Remember All Those Female Rockers Who Turned out to be Sexual Predators? (Yeah, Me Neither)

Plus: music journalist wokism

Remember that time, in 1980, when paramedics were summoned to the home of a major female rock star? Once there, the medical professionals found two young girls with the rock star. A 15-year-old was arrested on a drug-related charge and a 16-year-old was charged with prostitution.

The rock star in question was not a woman, of course. It was Don Henley of The Eagles (net worth: $200 million) and he was fined a mere $2,500 and only given probation for these transgressions.

How about the hard-rockin’ chick who pulled strings to become the legal guardian of a 17-year-old girl in Hawaii rather than face kidnapping charges?

Or the once-iconic female pop star who invited a Norwegian “escort” to her home under the guise of doing a nude photoshoot but ended up handcuffing him to a wall fixture and beating him with a chain?

Surely you’re familiar with that pantheon four-piece girl band who once gave a press interview in the backroom of a music club — all the while being serviced by underaged “baby groupies” under the table?

Those would actually be Ted Nugent (net worth: $30 million), Boy George (net worth: $50 million), and Led Zeppelin (collective net worth: $900 million).

Led Zeppelin’s Jimmy Page with Lori Maddox, a 14-year-old “groupie” he had kidnapped and locked in a hotel room for himself.

Okay, one more try. Have you read about the female hip-hop hero who was accused of participating in a gang rape, was subsequently convicted of first-degree sexual abuse, and did a mere nine months? The victim is still labeled “accuser” while the rapper is posthumously worshipped to the point of hologram status. Remember that?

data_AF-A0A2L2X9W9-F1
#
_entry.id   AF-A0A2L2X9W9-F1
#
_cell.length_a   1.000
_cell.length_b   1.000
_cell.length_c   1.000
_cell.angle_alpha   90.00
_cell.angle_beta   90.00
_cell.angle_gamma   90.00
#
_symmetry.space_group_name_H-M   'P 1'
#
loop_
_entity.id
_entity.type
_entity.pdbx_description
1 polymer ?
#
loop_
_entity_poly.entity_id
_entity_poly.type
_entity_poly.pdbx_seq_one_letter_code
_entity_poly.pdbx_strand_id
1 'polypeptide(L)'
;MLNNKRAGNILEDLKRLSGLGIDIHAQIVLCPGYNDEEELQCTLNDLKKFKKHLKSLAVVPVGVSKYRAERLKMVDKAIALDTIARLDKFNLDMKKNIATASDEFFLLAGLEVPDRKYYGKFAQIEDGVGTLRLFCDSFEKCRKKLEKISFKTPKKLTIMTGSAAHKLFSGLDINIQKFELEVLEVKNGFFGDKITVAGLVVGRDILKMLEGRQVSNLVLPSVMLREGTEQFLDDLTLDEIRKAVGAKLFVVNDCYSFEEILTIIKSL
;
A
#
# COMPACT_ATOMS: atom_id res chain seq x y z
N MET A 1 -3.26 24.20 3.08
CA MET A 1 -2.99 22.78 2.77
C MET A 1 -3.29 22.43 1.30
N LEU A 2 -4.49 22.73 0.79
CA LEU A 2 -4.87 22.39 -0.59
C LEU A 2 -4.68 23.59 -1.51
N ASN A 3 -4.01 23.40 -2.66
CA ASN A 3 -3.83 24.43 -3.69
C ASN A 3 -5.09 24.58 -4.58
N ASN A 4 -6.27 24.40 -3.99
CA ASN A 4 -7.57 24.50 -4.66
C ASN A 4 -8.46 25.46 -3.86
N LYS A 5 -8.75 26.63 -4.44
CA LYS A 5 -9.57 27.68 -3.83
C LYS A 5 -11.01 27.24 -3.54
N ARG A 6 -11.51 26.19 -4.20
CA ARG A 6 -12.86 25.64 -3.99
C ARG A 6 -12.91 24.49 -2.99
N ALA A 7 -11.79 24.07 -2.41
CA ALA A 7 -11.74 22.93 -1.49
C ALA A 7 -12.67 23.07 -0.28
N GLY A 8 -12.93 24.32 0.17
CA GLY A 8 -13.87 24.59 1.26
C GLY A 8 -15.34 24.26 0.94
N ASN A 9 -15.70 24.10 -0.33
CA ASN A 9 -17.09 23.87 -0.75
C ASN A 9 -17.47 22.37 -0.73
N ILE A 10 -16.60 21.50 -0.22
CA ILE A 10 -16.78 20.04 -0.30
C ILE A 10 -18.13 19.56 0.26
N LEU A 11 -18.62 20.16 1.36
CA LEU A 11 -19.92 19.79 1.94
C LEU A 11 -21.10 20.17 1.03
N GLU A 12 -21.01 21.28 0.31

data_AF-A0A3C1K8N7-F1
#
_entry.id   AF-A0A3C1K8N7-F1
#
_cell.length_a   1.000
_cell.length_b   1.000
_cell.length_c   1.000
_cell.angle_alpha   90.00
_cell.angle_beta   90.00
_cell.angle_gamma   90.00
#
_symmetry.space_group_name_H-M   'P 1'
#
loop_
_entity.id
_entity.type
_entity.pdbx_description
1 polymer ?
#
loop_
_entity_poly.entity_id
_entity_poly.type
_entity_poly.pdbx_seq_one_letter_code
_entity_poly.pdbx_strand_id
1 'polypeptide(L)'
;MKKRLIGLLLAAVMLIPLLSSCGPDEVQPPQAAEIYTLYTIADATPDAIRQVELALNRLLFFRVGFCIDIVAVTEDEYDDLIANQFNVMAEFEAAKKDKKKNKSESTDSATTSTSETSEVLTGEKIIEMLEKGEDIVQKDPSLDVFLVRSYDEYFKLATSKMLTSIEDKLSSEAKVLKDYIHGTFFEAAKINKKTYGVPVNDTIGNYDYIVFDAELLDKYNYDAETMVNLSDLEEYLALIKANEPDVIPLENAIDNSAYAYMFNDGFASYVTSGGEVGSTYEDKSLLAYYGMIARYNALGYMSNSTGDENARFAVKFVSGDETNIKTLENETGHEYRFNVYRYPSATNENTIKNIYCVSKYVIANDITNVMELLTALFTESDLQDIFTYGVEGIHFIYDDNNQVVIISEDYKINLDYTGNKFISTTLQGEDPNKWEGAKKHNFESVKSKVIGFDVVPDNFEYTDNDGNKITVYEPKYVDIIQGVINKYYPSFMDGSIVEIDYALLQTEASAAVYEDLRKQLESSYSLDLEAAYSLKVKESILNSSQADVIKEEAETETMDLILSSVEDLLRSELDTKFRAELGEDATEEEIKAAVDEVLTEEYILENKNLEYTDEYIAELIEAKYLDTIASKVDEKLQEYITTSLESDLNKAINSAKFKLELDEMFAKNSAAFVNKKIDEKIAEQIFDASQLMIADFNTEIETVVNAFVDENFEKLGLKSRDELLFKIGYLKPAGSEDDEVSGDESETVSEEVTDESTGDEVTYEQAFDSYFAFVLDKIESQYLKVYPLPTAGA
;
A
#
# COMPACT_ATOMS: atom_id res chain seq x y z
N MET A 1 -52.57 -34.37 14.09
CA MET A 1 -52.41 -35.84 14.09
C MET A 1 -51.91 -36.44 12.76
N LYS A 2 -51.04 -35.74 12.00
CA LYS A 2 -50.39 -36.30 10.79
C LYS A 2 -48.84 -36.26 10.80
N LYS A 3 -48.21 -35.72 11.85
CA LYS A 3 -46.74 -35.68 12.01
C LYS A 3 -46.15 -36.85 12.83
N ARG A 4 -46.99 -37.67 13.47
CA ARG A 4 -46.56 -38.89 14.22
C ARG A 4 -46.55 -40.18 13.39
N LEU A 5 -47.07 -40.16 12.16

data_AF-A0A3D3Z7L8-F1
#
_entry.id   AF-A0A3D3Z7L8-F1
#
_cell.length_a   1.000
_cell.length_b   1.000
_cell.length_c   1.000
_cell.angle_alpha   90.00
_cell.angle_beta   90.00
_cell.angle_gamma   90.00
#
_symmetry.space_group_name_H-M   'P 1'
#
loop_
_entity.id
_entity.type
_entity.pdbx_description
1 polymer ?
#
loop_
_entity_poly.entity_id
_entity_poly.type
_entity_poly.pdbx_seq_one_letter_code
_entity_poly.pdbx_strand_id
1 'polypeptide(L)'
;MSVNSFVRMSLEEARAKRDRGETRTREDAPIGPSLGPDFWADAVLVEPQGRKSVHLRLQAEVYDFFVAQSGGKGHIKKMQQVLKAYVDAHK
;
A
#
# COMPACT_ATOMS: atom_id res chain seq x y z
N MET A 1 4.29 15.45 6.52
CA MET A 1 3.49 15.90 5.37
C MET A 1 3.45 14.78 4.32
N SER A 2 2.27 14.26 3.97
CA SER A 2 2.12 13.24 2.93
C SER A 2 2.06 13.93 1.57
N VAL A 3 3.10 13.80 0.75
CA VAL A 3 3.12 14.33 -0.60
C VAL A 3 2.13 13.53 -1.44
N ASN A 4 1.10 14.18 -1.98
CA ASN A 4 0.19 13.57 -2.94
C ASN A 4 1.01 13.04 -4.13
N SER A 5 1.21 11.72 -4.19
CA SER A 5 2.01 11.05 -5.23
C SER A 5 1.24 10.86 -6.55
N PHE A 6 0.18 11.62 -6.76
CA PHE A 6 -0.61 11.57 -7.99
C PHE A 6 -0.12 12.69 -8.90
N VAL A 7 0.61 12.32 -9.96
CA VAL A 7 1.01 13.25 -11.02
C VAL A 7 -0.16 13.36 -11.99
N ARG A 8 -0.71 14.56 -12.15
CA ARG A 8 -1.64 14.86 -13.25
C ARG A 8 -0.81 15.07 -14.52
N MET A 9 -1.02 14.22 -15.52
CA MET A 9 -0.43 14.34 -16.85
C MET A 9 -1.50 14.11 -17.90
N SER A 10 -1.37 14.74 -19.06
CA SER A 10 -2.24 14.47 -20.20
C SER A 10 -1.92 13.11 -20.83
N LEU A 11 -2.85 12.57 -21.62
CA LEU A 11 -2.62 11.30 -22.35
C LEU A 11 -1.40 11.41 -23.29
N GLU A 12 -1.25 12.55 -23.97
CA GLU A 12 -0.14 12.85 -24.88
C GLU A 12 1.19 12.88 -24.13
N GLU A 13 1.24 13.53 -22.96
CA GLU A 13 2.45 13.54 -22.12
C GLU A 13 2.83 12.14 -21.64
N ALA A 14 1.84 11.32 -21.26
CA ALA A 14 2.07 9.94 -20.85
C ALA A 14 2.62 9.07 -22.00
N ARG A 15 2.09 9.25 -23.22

Yeah, me neither.

Because it was Tupac Shakur (net worth of estate: $40 million).

This is not to say a female pop star would never engage in any kind of criminal abuse. It is to say that the default setting for male musicians is “creep” (at best) and more likely: sexual predator.

But their talent — coupled with deeply embedded societal misogyny — excuses us for “not knowing” about their crimes and/or giving them a pass when we do find out.

Consider Steven Tyler of Aerosmith. Legendary rocker. Hall of Fame member. Net worth: $160 million. Career revived multiple times — including on television:

In 1975, Tyler met 15-year-old Julia Holcomb and decided he wanted to bring her on the road with him. To do so, the 27-year-old singer coerced the girl’s mother to sign over guardianship of her daughter to him so he could travel across state lines with her without fear of being arrested.

“I was subordinate to him as in a parent relationship and felt I had little control over my life,” Julia Holcomb later explained. “I remember my surprise when Steven told me, and trying to take this in mentally. A sense of vulnerability came over me, knowing that I was his ward, but we were not married. He had not expressed his intentions of a long-term relationship with me.”

Holcomb eventually became pregnant and when Tyler’s apartment caught on fire, she ended up in the hospital where the singer forced her to get an abortion. Soon after, they split.

“When I returned home to my mother, I was a broken spirit,” Holcomb remembers. “I could not sleep at night without nightmares of the abortion and the fire. The world seemed like a dark place.”

Julia Holcomb & Steven Tyler

Tyler still refers to the whole thing as an “affair” — describing the teen as “a skinny young mall chick who had more legs than a bucket of chicken.” In his memoir, Tyler calls Holcomb “my Little Oral Annie,” adding: “She lost her childhood. I lost my mind.”

But the Rock God™ clearly did not lose his reputation, his money, or his enduring legacy. I mean, he somehow still gets invited to sing at Nobel Peace Prize concerts and is glowingly interviewed by Oprah (net worth $2.5 billion).

As “Sir” Paul McCartney (net worth: $1.2 billion) gushes: “Steven Tyler is one of the giants of American music, who’s been influential for a whole generation of Rock ’n’ Roll fans around the world. Long May He Rock!”

Reminder: None of this will change until we collectively choose to identify and address the root problems.

Mickey Z. is the creator of a podcast called Post-Woke. You can subscribe here. He is also the founder of Helping Homeless Women - NYC, offering direct relief to women on New York City streets. Spread the word. Read other articles by Mickey.